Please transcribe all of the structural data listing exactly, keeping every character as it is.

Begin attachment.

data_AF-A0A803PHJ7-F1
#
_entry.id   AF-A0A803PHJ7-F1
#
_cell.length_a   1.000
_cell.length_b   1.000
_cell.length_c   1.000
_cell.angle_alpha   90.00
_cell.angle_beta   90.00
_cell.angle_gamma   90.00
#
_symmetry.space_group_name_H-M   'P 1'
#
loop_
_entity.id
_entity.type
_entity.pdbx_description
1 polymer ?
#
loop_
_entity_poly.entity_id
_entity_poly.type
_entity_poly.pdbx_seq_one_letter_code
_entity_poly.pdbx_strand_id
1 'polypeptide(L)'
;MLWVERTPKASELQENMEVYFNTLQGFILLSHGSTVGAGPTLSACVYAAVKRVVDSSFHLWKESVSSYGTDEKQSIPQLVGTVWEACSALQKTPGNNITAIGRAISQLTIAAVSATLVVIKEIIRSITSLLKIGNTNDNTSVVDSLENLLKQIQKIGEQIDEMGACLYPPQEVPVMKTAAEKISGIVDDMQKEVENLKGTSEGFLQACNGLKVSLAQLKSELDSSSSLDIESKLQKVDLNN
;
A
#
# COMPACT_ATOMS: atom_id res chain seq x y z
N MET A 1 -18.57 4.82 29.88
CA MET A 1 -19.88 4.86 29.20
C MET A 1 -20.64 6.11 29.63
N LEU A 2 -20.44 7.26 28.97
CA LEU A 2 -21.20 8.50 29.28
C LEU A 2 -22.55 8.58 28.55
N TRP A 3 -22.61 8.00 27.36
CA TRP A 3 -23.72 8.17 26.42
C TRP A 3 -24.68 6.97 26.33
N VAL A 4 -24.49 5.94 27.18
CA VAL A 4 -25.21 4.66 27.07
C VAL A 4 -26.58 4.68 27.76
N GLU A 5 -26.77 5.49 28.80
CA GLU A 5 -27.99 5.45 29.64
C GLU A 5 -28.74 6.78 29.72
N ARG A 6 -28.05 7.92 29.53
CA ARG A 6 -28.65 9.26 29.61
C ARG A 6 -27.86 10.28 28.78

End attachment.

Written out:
data_AF-A0A803PHJ7-F1
#
_entry.id   AF-A0A803PHJ7-F1
#
_cell.length_a   1.000
_cell.length_b   1.000
_cell.length_c   1.000
_cell.angle_alpha   90.00
_cell.angle_beta   90.00
_cell.angle_gamma   90.00
#
_symmetry.space_group_name_H-M   'P 1'
#
loop_
_entity.id
_entity.type
_entity.pdbx_description
1 polymer ?
#
loop_
_entity_poly.entity_id
_entity_poly.type
_entity_poly.pdbx_seq_one_letter_code
_entity_poly.pdbx_strand_id
1 'polypeptide(L)'
;MLWVERTPKASELQENMEVYFNTLQGFILLSHGSTVGAGPTLSACVYAAVKRVVDSSFHLWKESVSSYGTDEKQSIPQLVGTVWEACSALQKTPGNNITAIGRAISQLTIAAVSATLVVIKEIIRSITSLLKIGNTNDNTSVVDSLENLLKQIQKIGEQIDEMGACLYPPQEVPVMKTAAEKISGIVDDMQKEVENLKGTSEGFLQACNGLKVSLAQLKSELDSSSSLDIESKLQKVDLNN
;
A
#
# COMPACT_ATOMS: atom_id res chain seq x y z
N MET A 1 -18.57 4.82 29.88
CA MET A 1 -19.88 4.86 29.20
C MET A 1 -20.64 6.11 29.63
N LEU A 2 -20.44 7.26 28.97
CA LEU A 2 -21.20 8.50 29.28
C LEU A 2 -22.55 8.58 28.55
N TRP A 3 -22.61 8.00 27.36
CA TRP A 3 -23.72 8.17 26.42
C TRP A 3 -24.68 6.97 26.33
N VAL A 4 -24.49 5.94 27.18
CA VAL A 4 -25.21 4.66 27.07
C VAL A 4 -26.58 4.68 27.76
N GLU A 5 -26.77 5.49 28.80
CA GLU A 5 -27.99 5.45 29.64
C GLU A 5 -28.74 6.78 29.72
N ARG A 6 -28.05 7.92 29.53
CA ARG A 6 -28.65 9.26 29.61
C ARG A 6 -27.86 10.28 28.78